“Therefore being justified by faith, we have peace with God through our Lord Jesus Christ: by whom also we have access by faith into this grace wherein we stand, and rejoice in hope of the glory of God. And not only so, but we glory in tribulations also.” Rom. 5:1-3. “That I may know Him, and the power of His resurrection, and the fellowship of His sufferings, being made conformable unto His death.” Phil. 3:10. If we would train and develop others around us, we must suffer at their hand, and then show grace. We must do no less than God has done. Charity suffereth long, and then is kind. (1Cor. 13:4.)

Monday, March 06, 2006

Chance or Choice

Twins struggled in Rebecca.

Out popped a cute little red ball of joy and hair. Next to enter the center of attraction was a plain, not-so-cute troublemaker. The very first act on his debut was to grab onto his brother’s tiny heel in a late attempt to be the first to come out of the womb! Was it by chance or choice that the infant Jacob did it like that?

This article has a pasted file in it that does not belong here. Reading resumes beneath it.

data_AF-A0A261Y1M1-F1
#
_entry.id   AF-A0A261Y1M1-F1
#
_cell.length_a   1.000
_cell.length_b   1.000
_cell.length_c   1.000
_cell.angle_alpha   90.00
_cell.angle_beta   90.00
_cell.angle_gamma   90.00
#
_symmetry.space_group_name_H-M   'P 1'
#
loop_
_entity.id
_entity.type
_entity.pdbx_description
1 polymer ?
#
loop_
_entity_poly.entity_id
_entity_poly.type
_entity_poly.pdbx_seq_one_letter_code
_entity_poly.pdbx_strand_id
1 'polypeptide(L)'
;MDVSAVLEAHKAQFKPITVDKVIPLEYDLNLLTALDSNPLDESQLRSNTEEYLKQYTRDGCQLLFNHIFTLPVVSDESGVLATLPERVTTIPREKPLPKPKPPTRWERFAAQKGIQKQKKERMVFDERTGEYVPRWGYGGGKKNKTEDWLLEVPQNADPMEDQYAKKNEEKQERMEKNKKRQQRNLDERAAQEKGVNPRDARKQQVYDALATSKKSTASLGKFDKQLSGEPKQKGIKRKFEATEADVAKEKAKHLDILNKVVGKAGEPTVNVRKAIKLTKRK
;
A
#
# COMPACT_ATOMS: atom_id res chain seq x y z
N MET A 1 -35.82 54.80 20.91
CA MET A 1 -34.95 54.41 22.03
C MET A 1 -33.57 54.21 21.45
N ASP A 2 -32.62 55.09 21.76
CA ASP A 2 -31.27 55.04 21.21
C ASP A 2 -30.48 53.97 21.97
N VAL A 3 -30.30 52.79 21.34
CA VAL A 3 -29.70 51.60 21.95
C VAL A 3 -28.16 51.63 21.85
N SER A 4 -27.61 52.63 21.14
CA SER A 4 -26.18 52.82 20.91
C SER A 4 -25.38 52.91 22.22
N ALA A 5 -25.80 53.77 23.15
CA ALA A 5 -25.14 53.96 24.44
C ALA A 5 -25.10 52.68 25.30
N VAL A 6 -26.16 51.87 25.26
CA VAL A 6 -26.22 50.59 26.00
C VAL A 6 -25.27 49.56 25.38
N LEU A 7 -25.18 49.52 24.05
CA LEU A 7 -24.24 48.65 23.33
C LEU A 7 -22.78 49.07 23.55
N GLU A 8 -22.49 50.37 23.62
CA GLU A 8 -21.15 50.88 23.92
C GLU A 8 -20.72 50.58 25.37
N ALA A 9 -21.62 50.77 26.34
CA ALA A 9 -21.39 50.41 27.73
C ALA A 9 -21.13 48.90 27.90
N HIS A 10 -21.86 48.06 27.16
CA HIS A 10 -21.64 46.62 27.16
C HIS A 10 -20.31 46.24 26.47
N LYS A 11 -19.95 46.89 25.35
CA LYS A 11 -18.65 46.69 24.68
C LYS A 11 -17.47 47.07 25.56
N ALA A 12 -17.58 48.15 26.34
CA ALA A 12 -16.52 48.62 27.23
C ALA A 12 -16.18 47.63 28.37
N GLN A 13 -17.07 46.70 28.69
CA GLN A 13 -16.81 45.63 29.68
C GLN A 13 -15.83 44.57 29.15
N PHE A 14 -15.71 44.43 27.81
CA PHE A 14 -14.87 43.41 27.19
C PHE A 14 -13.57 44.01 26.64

The boys grew up, always at each other’s throat, and that in a Christian home setting forth the character of the true God to the neighbors and community. Esau inherited his father’s stature, physical strength, confidence, and virility. Jacob inherited the traits of his mother’s family, their shrewdness and ambition.

Esau was a homeboy, and faithfully prepared to run the family farm. He loved his father and sought any occasion to work together with him, recreating together. He wanted to please Isaac in every way he could. In the light of his father’s acceptance he exploded with energy. With such a warm environment in which to develop, was it chance that Esau ended up with all the energy he had?